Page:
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Made for Each Other: Wall Street Sleaze and Anthony Robbins

Using the old shell stock switcheroo, Allen & Co. cook up what amounts to a sneaky IPO for the infomercial giant.

Didn't you just know it ... that given enough time and a high enough average for the Dow industrials, the day would sooner or later come when, like two jilted lovers on a late-night prowl for satisfaction in all the wrong places, Anthony Robbins and the Wall Street dot-com crowd would eventually find each other?

You know

Mr. Robbins. He's the self-proclaimed reigning titan of motivational teaching who claims to have put the get-up-and-go in the lives of big shots ranging from

Bill Clinton

to almost anyone else you can think of.

That's what I need in my life: more get-up-and-go. I, of course, only know Robbins from his cable TV infomercials, which ran for years on the tube, then dropped off and now abruptly are back again. But you only have to see them once to know that Robbins has so much get-up-and-go charisma, it's not funny. Check out those chisel-chinned features, the blinding smile, the Billy Graham hand gestures. Robbins is the man that Stone Phillips would be if he could get unstuck from that five-nights-a-week


meat grinder and spend some time practicing his smile.

My own personal favorite scene from Robbins' infomercials features Tony -- all 6 feet 7 inches of him -- lounging within the enveloping folds of what looks to be a $4,000 custom-tailored Brioni suit while declaiming to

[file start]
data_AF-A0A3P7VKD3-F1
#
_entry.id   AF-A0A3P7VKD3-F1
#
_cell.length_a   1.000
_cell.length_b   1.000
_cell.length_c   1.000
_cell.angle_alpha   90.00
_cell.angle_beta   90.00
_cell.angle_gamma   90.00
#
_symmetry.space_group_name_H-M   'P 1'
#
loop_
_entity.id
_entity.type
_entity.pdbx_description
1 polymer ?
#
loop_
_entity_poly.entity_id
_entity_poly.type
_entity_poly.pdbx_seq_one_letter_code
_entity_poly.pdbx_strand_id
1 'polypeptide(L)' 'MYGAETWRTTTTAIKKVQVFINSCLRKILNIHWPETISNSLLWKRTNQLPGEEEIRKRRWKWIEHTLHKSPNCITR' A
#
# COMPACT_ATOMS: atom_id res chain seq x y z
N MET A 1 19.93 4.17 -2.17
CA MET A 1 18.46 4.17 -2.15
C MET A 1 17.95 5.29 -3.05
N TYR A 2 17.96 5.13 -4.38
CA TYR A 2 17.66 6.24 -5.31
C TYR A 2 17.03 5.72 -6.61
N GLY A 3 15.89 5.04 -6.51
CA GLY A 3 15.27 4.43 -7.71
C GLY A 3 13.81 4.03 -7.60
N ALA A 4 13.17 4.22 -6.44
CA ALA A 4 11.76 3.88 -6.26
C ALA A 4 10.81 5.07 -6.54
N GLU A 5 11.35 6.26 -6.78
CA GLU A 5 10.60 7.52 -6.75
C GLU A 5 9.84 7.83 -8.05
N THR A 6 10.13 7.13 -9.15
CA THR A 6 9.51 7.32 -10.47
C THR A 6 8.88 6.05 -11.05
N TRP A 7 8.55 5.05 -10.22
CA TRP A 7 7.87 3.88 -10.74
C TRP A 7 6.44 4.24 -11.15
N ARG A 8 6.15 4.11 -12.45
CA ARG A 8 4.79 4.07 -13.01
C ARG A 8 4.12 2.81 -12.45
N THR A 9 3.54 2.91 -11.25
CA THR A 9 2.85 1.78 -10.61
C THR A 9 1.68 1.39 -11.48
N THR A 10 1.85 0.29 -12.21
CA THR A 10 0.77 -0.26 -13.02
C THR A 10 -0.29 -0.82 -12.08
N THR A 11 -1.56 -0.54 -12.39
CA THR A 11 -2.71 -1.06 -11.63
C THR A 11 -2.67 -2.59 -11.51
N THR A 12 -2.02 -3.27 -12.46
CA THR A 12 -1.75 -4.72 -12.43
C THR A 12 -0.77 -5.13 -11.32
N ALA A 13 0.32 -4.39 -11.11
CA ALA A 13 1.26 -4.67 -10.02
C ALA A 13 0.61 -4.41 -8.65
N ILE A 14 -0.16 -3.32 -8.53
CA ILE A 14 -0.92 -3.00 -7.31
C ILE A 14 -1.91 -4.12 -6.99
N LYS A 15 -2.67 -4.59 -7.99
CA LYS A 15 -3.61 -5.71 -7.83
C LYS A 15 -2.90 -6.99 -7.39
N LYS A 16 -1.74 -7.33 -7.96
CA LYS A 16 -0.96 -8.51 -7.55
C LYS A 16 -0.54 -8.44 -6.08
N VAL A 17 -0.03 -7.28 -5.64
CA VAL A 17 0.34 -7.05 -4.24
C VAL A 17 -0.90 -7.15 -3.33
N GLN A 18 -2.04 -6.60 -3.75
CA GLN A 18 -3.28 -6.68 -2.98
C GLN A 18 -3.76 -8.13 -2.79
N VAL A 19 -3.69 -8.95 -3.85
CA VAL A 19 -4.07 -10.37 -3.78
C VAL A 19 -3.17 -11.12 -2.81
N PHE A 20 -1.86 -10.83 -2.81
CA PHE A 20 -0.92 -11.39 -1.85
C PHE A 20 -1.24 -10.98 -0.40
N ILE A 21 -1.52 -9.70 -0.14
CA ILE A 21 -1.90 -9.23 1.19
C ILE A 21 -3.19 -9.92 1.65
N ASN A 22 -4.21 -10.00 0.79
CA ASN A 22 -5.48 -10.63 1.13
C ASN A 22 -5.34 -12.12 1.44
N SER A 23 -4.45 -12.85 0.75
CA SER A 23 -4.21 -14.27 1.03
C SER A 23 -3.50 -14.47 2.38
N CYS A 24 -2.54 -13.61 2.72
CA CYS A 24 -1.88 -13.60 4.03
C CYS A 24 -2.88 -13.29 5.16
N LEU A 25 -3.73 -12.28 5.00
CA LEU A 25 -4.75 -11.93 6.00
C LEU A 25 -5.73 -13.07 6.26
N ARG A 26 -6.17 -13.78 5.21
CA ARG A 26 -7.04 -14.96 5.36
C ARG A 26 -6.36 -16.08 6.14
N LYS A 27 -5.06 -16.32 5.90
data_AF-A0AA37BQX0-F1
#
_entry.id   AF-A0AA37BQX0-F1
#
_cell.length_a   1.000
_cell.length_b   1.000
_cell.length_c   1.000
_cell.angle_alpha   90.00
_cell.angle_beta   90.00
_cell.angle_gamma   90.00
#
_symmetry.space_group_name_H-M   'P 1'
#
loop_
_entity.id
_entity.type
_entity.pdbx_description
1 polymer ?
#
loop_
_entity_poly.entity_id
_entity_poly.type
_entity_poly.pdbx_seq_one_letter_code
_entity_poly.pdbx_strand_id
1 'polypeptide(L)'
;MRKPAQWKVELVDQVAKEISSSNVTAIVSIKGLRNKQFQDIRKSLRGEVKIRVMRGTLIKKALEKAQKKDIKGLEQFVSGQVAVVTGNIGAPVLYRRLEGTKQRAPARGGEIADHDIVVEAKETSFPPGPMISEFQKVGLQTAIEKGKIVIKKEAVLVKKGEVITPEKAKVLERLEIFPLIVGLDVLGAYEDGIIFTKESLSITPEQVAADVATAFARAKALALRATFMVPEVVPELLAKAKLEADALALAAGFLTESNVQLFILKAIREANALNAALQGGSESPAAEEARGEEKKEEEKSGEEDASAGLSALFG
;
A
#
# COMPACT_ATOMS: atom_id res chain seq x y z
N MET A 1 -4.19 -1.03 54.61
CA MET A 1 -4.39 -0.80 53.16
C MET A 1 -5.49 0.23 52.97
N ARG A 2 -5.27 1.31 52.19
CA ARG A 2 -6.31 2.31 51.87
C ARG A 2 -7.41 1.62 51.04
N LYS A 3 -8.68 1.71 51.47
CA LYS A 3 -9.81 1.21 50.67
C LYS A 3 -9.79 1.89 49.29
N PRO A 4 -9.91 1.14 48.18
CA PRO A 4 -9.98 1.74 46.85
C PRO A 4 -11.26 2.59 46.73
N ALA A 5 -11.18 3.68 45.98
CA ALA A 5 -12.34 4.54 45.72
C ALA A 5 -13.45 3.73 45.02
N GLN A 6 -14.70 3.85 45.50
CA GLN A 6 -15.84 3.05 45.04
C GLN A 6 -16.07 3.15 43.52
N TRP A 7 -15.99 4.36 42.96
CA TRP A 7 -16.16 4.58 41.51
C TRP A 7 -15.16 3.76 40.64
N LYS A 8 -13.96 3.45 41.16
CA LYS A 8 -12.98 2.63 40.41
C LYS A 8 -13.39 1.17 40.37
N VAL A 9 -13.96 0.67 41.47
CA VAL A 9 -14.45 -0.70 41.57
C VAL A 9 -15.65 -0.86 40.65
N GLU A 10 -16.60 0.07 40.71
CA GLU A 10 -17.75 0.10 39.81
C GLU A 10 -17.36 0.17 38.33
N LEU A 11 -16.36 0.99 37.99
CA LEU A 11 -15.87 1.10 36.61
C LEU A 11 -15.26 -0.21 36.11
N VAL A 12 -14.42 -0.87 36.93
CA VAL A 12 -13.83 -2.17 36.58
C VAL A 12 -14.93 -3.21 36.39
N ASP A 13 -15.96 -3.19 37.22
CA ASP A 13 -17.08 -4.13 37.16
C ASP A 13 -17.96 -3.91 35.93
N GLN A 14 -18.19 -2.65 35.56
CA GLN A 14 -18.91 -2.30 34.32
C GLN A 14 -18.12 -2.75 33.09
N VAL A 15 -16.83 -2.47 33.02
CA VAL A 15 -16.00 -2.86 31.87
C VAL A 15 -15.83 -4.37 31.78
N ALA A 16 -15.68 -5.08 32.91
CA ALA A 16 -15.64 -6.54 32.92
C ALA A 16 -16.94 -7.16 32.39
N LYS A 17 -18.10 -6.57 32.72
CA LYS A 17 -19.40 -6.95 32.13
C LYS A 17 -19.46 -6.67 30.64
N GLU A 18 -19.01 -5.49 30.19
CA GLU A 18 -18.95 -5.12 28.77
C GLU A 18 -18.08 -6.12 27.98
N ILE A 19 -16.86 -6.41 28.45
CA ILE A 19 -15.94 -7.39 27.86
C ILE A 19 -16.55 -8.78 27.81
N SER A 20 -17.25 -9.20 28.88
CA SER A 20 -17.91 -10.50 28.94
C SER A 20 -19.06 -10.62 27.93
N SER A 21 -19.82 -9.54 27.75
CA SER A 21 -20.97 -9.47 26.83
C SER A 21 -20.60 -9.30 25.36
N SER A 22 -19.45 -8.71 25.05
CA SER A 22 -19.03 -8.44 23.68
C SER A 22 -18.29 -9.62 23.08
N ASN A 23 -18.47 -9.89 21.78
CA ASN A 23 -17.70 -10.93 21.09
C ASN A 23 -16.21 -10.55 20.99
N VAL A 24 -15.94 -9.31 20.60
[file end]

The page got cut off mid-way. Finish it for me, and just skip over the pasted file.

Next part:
Leeza Gibbons

(the obligatory adoring blonde) as to how, upon discovering that poverty is not all it's cracked up to be, young Master Robbins said to hell with this and went out and got himself rich by "awakening the giant within" ... the result of which he now owns an island resort somewhere in the Pacific.

That's what I want: my own island resort in the Pacific. I want to be like Robbins, lounging on the veranda of my Moorish castle overlooking the azure Pacific, with my own palm trees swaying gracefully in the distance, to the caress of my own trade winds that are wafting luxuriously across the undulating green hills of My Own Island Resort. Oh, yes.

That, at least, is what I wanted until that

Tae Bo guy came along and filled my head with a whole new set of cable TV infomercial fantasies. Now I want to be like him instead: King Tae Bo, all rippling with muscles, shadow-boxing to rock music in front of 300 sweating blond women adoringly undressing me with their eyes while thinking, King Tae Bo, what a hunk! Oh, yes.